As summer approaches, so do the dangers of working outside during hot weather. Knowing how to work safely in hot weather can help prevent heat stress injuries and heat stroke, the most serious heat-related disorder, according to NIOSH.
Chemicals used to manage insects, rodents, weeds, molds and germs all have the potential to cause harm to workers. Pesticides come in different forms, including sprays, liquids, powders, granulates, baits and foggers.
Working outside in the winter exposes employees to a number of hazards, including the risk of weather-related conditions such as frostbite. Cold weather can affect the body's senses, altering the ability to see, smell and feel, according to the Washington State Department of Labor and Industries.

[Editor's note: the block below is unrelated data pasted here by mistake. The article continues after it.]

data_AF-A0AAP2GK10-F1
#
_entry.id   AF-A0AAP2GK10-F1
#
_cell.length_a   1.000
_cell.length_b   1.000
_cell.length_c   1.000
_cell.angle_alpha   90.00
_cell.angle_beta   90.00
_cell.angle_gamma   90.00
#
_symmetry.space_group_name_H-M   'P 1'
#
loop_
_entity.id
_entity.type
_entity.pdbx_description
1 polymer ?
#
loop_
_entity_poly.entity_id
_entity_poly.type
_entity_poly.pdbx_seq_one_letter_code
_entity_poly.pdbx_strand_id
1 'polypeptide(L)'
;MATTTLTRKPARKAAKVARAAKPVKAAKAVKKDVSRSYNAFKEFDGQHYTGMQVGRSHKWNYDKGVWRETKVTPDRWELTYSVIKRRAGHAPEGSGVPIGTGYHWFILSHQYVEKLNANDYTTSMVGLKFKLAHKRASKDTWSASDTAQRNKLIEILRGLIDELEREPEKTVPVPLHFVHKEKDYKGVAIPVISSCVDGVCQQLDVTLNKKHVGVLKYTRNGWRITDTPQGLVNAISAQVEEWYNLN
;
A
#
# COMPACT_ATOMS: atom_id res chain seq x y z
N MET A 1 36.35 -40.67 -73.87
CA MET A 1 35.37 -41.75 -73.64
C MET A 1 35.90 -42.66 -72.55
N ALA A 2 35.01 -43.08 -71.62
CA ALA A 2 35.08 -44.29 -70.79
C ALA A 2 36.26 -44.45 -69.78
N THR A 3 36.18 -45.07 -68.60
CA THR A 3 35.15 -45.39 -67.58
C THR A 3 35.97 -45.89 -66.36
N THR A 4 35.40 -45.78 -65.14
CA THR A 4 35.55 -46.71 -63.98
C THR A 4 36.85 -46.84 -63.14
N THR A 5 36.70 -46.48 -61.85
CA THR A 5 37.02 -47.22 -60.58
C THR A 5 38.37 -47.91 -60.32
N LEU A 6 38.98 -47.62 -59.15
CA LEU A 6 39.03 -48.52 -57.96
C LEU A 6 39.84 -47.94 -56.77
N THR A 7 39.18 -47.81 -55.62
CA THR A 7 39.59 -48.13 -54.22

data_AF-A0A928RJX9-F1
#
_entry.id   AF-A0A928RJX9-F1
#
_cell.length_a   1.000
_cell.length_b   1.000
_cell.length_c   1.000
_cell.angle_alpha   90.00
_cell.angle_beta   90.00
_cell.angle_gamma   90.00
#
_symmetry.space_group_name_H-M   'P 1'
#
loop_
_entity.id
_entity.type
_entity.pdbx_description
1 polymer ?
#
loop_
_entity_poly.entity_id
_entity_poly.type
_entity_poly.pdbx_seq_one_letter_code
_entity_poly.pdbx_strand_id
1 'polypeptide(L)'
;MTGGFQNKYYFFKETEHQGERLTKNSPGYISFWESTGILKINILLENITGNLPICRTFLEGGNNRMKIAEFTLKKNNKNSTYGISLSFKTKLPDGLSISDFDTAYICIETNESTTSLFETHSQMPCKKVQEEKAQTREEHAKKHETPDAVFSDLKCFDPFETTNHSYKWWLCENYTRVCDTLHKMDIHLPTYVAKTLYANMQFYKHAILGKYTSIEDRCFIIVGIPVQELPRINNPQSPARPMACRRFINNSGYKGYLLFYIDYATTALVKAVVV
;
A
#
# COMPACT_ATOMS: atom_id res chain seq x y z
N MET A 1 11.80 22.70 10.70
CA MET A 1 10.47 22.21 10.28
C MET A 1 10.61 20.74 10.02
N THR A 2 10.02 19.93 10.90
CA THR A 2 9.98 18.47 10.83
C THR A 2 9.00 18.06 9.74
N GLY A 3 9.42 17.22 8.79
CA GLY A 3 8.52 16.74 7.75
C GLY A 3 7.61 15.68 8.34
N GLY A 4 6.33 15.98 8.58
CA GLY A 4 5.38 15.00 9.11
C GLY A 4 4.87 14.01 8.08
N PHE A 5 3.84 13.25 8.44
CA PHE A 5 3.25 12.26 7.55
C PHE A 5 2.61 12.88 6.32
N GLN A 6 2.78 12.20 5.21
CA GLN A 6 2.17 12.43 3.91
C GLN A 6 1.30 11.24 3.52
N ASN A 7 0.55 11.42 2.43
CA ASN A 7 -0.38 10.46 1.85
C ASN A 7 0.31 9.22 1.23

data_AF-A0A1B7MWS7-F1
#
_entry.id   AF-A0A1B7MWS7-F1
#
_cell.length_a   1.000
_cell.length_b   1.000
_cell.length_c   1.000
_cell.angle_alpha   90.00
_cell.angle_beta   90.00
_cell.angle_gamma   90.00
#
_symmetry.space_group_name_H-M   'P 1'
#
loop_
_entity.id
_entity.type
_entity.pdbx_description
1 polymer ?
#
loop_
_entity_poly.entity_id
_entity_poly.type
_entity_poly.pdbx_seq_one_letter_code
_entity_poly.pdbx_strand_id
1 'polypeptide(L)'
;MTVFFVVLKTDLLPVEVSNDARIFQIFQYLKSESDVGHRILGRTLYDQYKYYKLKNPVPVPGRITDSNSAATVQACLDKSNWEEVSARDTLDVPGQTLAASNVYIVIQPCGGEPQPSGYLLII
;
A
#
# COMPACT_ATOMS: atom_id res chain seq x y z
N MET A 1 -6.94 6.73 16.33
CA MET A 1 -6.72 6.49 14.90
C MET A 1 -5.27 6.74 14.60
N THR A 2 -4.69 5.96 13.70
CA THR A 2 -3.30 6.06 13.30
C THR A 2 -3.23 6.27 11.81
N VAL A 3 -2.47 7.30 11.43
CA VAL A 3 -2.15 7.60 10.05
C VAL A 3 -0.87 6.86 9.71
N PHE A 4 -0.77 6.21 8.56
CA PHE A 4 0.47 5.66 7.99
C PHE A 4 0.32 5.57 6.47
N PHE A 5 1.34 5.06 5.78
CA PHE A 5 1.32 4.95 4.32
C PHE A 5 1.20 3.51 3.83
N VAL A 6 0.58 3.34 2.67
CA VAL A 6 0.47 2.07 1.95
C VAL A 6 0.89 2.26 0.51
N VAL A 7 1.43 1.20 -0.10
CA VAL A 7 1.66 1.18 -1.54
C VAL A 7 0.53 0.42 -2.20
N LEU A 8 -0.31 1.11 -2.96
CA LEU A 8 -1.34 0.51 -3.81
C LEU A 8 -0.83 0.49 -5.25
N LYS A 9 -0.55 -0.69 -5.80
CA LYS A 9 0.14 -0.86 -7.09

Working outside in the spring months may mean working alongside insects and animals that could pose a threat to workers. OSHA offers the following tips for avoiding such injuries when working outdoors.
Working in the hot summer sun can cause more than just discomfort. Serious medical conditions such as dehydration, fainting and heat stroke can send many workers to the hospital – and can even prove fatal in some cases.